macronutrient foods

What are macronutrients?

By Michelle Katz, MS, RD, CDCES Oct 19, 2023 • 5 min


Nutrients are substances that your body needs to function properly. Macronutrients serve as the cornerstones to a healthy diet, so understanding what they are is an important first step in providing your body with what it needs to thrive.

Macronutrients defined

To produce energy, your body burns calories. Macronutrients are the substances in food that provide those necessary calories. The prefix macro means “large” and refers to the fact that your body needs large amounts of these nutrients.

Types of macronutrients

Three types of substances fall under the category of macronutrients. They include all of the following types of nutrients.

Carbohydrates

Commonly referred to as carbs, carbohydrates are your body’s primary source of energy. These macronutrients get converted to glucose, which your body can use right away as an energy source or store for future use.

There are three main types of carbohydrates:

  • Sugars: These simple carbohydrates break down quickly. They occur naturally in foods like fruits and dairy and are added to sweets and processed foods.
  • Starches: Starches are more complex than sugars, so they take longer to break down. They’re found in beans, legumes, whole grains and some vegetables like corn, peas and potatoes.
  • Fiber: Most fiber doesn’t break down completely in the body and is used to regulate blood sugar and cholesterol levels, and to produce stool. Beans, legumes, fruits, nuts, seeds, whole grains and vegetables contain fiber.

Protein

Cells, tissues and organs are all made up of proteins, substances that are also present in foods. When you eat foods that contain protein, your body breaks down the macronutrients into amino acids, which it can then use to produce new proteins to replace old ones. Foods that contain protein include:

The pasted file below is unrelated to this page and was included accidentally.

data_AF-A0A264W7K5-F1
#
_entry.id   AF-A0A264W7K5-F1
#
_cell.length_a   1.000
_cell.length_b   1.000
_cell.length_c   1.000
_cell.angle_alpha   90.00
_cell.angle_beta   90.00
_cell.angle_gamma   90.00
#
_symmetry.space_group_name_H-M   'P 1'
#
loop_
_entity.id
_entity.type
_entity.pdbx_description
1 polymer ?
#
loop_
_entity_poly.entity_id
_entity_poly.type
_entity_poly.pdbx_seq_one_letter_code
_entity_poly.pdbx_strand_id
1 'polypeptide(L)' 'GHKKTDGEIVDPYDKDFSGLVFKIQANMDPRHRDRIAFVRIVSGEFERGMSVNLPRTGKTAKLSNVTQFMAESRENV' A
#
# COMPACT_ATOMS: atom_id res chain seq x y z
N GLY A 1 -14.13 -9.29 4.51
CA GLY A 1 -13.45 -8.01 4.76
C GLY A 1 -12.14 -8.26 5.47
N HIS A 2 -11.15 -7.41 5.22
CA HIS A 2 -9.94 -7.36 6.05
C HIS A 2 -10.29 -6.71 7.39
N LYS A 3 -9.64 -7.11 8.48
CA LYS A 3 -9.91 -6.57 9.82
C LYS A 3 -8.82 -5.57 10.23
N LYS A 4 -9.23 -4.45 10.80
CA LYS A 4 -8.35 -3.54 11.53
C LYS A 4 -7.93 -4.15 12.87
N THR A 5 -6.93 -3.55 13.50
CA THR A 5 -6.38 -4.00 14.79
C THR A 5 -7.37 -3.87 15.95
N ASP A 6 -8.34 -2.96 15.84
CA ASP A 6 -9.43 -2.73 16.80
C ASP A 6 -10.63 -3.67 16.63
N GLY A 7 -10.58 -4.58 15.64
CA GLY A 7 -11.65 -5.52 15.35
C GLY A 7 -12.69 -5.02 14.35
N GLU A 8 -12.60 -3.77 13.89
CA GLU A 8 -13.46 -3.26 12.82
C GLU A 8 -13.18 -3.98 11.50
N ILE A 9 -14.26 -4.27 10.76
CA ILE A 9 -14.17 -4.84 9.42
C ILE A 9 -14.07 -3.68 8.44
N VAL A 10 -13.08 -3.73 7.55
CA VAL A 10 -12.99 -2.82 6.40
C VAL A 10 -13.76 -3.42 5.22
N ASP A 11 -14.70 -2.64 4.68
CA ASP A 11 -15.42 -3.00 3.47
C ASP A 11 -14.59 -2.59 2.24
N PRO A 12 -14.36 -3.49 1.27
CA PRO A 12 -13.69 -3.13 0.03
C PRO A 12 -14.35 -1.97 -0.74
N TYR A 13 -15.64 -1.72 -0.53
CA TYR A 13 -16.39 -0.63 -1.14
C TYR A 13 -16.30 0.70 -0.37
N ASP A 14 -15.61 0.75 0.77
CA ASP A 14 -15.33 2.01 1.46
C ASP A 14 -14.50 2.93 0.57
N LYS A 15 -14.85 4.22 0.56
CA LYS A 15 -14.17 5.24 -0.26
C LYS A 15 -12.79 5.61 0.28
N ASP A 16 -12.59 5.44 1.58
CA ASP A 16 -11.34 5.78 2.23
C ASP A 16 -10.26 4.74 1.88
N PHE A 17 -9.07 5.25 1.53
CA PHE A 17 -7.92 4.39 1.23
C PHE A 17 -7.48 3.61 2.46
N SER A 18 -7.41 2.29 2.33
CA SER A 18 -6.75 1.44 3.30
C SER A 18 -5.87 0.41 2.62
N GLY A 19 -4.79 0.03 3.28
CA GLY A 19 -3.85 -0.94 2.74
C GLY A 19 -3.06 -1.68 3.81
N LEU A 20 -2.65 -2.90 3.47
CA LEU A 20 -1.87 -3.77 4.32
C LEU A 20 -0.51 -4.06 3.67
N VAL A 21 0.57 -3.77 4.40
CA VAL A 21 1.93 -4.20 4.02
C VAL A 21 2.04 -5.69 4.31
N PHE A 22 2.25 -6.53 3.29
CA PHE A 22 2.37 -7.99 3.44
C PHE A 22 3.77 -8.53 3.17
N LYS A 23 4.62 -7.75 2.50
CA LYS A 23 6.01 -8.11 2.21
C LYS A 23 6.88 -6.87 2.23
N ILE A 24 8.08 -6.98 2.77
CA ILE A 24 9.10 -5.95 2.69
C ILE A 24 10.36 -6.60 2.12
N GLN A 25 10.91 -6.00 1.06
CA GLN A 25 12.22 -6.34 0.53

• Beef
  • Dairy products
  • Eggs
  • Fish and seafood
  • Legumes
  • Nuts
  • Pork
  • Poultry
  • Seeds
  • Soy products like tofu

Fruits, non-starchy vegetables and whole grains also contain a small amount of protein.

Fats

While many people think of fats as bad for us, your body actually needs some amount of certain kinds of fat. When you exercise, your body burns stored fat for energy, and fats are an important component of the membranes that surround cells.

There are four types of fats:

  • Trans fats: Found in partially hydrogenated oils as well as in beef and dairy products in small amounts, trans fats can contribute to inflammation and raise cholesterol. As a result, they should be avoided as much as possible.
  • Saturated fats: Present in beef, cheese, bacon, sausage, whole milk and other foods, saturated fats are usually solid at room temperature and should be consumed in small amounts.
  • Monounsaturated fats: One of the “good” fats, monounsaturated fats are found in nuts, avocados and seeds as well as olive, peanut and canola oils. These fats may help reduce bad cholesterol levels in your blood, which can lower the risk of heart disease and stroke. 
  • Polyunsaturated fats: Also considered a “good” fat, polyunsaturated fats come from fish, walnuts and flax seeds as well as sunflower, corn, soybean and flax seed oils.

Macronutrients vs. micronutrients

Micronutrients are another category of nutrients needed by the body. They include vitamins and minerals. The prefix micro means “small” and relates to the fact that your body requires micronutrients in much smaller quantities than it does macronutrients.

How much of each macronutrient do I need?

Guidelines for macronutrients intake are based on a percentage of the calories you consume:

  • 45% to 65% of calories should come from carbohydrates, particularly fiber and starches
  • 20% to 35% of calories should come from fat, particularly monounsaturated and polyunsaturated fats
  • 10% to 35% of calories should come from protein

How many calories you should strive to consume daily depends on a variety of factors, including your age, level of activity and medical history. Your healthcare provider can give you specific advice about how many calories you need and how many of those calories should come from each macronutrient.

Published October 2023.

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